MBA vs. Master of Finance: What’s the Difference?

MBA

Earning an MBA can be an important step in climbing the corporate ladder. MBA coursework involves a broad spectrum of business-related topics including accounting, statistics, economics, communications, management, and entrepreneurship. MBA programs prepare students to work for financial institutions such as banks, government agencies and nonprofits, start-ups, and other established companies in many fields. Applicants are generally expected to have good undergraduate GPAs and receive an adequate score on the GMAT exam.

There are two routes one can take in earning an MBA: a full-time or a part-time program. Although both result in an MBA, there is a trade-off: A full-time student will not make much money for the 18 to 36 months that they are in school. These programs are the most popular, therefore, with younger folks who have recently earned their bachelor’s degrees and can afford to study full time on campus.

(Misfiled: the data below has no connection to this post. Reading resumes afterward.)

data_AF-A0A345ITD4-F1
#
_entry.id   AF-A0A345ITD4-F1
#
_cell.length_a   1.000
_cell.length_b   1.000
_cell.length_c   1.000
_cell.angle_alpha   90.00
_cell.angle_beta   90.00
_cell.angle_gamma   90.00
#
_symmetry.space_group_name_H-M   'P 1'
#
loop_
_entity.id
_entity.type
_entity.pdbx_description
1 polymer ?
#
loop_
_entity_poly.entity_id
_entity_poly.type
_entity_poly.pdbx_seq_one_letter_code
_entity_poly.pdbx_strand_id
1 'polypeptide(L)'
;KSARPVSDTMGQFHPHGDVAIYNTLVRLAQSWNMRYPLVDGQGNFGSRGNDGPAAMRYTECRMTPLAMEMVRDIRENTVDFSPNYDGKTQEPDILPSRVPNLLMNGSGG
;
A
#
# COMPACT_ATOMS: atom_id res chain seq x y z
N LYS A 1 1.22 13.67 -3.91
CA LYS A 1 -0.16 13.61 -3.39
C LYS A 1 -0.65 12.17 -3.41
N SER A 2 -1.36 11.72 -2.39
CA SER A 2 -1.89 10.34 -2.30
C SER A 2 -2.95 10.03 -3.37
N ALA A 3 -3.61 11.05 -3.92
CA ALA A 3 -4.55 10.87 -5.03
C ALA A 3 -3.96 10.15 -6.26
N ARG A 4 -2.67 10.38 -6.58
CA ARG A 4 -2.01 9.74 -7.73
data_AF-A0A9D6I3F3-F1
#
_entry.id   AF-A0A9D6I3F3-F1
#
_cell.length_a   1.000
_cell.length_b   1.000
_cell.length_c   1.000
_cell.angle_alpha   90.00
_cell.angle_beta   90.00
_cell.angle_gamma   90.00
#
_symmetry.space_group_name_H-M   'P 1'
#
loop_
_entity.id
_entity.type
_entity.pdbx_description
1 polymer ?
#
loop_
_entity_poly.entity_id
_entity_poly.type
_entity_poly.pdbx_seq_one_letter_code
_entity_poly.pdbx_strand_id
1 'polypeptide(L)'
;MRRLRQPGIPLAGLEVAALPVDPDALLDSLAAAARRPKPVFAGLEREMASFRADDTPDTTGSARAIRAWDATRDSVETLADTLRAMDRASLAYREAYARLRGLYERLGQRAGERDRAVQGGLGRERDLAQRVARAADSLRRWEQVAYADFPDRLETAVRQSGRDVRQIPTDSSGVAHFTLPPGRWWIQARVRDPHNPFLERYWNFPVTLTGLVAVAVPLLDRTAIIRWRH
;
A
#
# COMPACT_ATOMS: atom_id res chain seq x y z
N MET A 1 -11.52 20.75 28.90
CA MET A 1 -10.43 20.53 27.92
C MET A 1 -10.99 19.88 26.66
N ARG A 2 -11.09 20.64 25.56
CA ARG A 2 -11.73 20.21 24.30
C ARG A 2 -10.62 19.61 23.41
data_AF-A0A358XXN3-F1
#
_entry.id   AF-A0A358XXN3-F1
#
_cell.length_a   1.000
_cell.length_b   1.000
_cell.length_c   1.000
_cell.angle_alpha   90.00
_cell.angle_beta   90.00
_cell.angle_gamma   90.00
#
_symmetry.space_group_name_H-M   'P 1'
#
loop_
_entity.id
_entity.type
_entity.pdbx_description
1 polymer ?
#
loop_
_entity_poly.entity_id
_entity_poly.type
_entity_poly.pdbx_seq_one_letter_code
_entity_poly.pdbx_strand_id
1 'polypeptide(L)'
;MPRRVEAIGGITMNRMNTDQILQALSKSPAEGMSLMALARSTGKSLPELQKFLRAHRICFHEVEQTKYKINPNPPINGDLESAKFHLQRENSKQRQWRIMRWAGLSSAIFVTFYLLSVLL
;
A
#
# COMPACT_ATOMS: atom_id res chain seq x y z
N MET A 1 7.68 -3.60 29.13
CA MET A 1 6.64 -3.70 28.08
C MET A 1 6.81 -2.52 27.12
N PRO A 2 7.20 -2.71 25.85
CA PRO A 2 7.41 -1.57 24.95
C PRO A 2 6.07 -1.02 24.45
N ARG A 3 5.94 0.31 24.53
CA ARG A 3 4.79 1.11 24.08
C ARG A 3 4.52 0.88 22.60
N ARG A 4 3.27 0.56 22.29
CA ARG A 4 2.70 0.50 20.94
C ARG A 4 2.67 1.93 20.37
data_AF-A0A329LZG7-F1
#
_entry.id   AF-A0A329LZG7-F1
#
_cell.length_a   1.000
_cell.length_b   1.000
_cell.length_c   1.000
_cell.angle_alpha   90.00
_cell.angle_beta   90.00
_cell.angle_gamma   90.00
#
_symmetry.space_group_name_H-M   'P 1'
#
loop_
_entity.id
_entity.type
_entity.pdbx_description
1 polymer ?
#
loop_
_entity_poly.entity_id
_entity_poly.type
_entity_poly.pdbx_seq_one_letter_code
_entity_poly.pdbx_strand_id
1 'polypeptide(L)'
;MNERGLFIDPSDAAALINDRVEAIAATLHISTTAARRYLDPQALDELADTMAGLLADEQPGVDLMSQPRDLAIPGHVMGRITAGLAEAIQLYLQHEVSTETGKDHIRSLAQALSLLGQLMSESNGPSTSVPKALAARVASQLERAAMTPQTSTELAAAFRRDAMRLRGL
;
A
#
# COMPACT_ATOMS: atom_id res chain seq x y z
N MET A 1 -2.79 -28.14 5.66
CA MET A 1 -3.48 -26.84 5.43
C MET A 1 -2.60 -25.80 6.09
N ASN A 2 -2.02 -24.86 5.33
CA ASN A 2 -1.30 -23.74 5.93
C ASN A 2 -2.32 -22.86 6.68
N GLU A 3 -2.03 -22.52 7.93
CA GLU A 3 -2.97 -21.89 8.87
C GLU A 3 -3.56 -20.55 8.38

Part-time MBA programs typically come in two flavors. The Executive MBA (EMBA) is designed for students who have been in the workforce for some time in executive or leadership roles. On average, they are 38 years old.1

These programs can be very expensive; usually, employers pick up the tab. The other part-time MBA is geared to employees who work full time, but are not yet in leadership positions. These students take classes after work, in the evenings, or on weekends in an effort to enhance their careers.

Master of Finance

For students looking to focus specifically on finance or closely related fields, the MF degree may be appropriate. MF programs zero in on finance in a comprehensive manner, with courses in financial theory, mathematics, quantitative finance, investments, markets, financial reporting and analysis, and valuation. These programs do not typically require any previous work experience, so students tend to be younger than their MBA counterparts.

MF programs tend to be shorter, taking up just one year of full-time study. They are also becoming increasingly popular.

While the MBA prepares students to work in a variety of fields, the MF trains its graduates to enter fields such as trading, investments, or risk management. MF graduates can expect to earn lower salaries than MBAs since the latter usually have some relevant work experience already under their belts and acquire a broader range of skills. But as more universities offer MBA programs, the field is becoming a bit more crowded, and people are seeking alternatives.